By now, you might probably have heard about the introduction of the automated gates at the checkpoint to Johor Bahru, and how Singaporeans can also use them.
This involves submitting a copy of the Malaysia Digital Arrival Card (MDAC) at least three days prior to arrival, and verifying your biometric data at the immigration counter if you are a first-time user.
You might also have heard about how Singaporeans claimed that they still faced trouble at the e-gates despite having already registered.
A DAP State Assemblyman for Johor, Andrew Chen Kah Eng, even blamed unregistered Singaporeans as the cause of worsening congestion at the checkpoint.
So, does the e-gate actually work? Here’s what this writer found out when he tested the system over the weekend of Mar. 18 and 19.
Registering for the MDAC on the day of departure
I only submitted a copy of the MDAC on the day I was due to depart.
As per what I knew, when I entered Johor Bahru via the Causeway at about 7pm, I told the Malaysian immigration and customs officer that I had registered for the e-gate.
It appeared that my information had been successfully registered in the system, as I was told by the officer that I could use the e-gate upon my departure from Johor Bahru.
He also wrote MDAC above the chop on my passport.
So far, so good.
E-gate showed an error despite displaying my passport details
On Mar. 19, I left Johor Bahru at 5pm with a friend, who is also a Singaporean.
Both of us joined separate queues for the e-gates.
The digital signboards for the e-gates indicated that it could be used by holders of both Singaporean and Malaysian passports.
Initially, I assumed I would take an hour given that the queue looked like this:
However, the queue moved quickly and in 15 minutes, it was my turn to pass through the e-gate.
The first time I inserted my passport, the machine said it had an error retrieving my information, and asked me to rejoin the queue for the immigration counter.
I tried again.
This time, my passport number and my name appeared on the screen but the machine still gave the same error message.
A third try still yielded the same results.
I was feeling anxious at this point and it did not help that I was told off by the person behind me that the queue is for Malaysian passports only, and that I should rejoin the queue for the immigration counter, despite the signboard clearly indicating otherwise.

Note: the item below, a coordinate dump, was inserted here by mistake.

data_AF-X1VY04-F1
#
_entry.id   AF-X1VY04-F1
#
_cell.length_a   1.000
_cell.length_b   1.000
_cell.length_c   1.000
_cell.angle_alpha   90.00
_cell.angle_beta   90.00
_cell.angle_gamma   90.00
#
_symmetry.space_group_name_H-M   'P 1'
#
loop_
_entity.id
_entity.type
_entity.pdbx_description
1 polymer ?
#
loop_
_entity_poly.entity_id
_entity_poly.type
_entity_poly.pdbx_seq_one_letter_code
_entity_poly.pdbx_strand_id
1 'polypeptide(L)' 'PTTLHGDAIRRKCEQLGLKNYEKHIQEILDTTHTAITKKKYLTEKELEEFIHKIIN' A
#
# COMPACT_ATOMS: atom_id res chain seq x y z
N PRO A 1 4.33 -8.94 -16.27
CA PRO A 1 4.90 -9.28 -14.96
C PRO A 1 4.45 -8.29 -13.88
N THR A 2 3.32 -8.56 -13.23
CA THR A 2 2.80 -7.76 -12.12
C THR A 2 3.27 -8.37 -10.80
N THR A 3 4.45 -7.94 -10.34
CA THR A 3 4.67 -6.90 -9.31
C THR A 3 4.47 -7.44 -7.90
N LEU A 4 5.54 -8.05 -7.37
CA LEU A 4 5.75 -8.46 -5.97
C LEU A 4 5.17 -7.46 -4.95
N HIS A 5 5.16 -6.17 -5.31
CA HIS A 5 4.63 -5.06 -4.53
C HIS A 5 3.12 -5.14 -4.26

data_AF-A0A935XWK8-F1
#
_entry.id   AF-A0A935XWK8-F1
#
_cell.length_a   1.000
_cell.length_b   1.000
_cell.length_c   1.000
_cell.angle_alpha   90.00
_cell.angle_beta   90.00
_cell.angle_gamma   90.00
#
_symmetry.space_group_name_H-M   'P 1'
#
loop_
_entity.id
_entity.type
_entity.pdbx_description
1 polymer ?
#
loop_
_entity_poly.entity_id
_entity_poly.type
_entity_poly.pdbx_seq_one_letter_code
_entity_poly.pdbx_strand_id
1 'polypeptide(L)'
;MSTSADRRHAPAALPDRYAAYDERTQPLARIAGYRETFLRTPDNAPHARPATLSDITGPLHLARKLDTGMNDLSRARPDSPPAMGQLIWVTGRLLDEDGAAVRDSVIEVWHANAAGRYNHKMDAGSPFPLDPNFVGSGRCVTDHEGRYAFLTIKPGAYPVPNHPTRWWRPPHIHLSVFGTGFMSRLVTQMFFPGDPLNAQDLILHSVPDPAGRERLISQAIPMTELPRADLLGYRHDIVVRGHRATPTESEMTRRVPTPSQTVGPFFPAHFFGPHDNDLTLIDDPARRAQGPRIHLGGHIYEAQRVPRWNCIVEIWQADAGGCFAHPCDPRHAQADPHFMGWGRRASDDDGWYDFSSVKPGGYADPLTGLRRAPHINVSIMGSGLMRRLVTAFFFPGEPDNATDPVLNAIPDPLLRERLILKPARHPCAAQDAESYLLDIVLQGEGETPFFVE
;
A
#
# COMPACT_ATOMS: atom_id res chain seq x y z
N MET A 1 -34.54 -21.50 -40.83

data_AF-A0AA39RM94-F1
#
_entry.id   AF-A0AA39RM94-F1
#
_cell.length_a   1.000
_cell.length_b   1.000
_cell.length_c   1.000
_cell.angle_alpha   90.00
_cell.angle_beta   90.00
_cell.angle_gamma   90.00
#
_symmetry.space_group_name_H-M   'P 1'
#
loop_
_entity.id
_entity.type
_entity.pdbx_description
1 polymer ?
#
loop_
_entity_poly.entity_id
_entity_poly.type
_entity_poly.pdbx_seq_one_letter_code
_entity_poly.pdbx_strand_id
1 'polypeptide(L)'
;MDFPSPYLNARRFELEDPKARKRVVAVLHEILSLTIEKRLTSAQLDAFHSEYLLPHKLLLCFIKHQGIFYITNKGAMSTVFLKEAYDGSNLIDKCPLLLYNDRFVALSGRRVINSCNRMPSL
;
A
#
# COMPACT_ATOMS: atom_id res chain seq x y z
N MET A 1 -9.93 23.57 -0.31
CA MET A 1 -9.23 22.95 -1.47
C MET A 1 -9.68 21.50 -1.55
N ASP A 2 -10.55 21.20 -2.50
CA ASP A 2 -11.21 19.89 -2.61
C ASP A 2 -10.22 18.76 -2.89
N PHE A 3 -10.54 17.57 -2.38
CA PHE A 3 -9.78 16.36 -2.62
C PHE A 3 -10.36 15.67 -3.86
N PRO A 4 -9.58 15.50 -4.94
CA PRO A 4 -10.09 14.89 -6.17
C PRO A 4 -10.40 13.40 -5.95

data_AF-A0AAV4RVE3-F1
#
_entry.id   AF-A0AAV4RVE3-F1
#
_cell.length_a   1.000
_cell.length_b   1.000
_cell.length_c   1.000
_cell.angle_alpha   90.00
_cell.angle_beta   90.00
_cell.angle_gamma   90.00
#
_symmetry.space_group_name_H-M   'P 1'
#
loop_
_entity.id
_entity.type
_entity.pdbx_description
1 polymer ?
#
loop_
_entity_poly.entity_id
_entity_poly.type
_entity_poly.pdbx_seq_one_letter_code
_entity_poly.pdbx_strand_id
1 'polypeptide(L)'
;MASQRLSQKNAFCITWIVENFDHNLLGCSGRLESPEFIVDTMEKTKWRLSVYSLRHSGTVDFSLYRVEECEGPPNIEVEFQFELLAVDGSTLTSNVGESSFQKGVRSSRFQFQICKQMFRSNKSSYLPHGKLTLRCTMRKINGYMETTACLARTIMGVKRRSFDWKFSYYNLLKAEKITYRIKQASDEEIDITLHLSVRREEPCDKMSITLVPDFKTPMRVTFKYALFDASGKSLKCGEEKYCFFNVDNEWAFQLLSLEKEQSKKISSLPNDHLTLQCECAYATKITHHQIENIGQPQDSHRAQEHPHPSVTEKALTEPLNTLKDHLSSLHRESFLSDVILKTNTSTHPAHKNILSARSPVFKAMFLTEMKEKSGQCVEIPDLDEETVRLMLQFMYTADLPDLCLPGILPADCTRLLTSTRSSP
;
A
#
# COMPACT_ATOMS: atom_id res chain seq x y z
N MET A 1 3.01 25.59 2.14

Fortunately, my friend was in the queue beside me, and I decided to join him instead.
The elderly Malay uncle who was behind my friend also encouraged me to try again and added, “It should be fine.”
This time, inserting my passport into the machine worked. The camera appeared to scan my face in almost an instant and in less than a minute I was on the other side.
When I turned back to thank the man behind my friend, he gave a thumbs-up sign.
The entire process had taken about 20 minutes.
Not all of the automated gates appear to be working properly
Following the incident, I could definitely see why several Singaporeans claimed that they ended up having to waste an extra hour to queue for the immigration counter, despite registering for the e-gate.
It appears that not all of the machines at the checkpoints work evenly and if you are travelling by yourself, rejoining the queue for the counter seems like the best course of action by that point, given that spending another 15 minutes queuing for another gate seems like a gamble.
Perhaps time will tell if such issues are eventually ironed out, but for now, if you intend to use the e-gate, it is perhaps best that you travel in a group so that each of you can take different queues, in case one of the machines fails to read your passport.
What about re-entering JB?
According to the Immigration Department of Malaysia, you can use the e-gates for both your arrival to and departure from Johor Bahru on subsequent visits.
However, you are still required to submit an online copy of the MDAC.
However, a colleague shared with me, that following her initial visit where she registered for the e-gate, she no longer submits the MDAC whenever she heads to Johor Bahru.
Thus far, she has not encountered any issues in using the e-gate.
In my case, given my experience, I doubt I will be travelling into Malaysia by myself anytime soon. But out of an abundance of caution, I am still going to continue submitting an online copy of the MDAC.
Just in case.
Top photos by Matthias Ang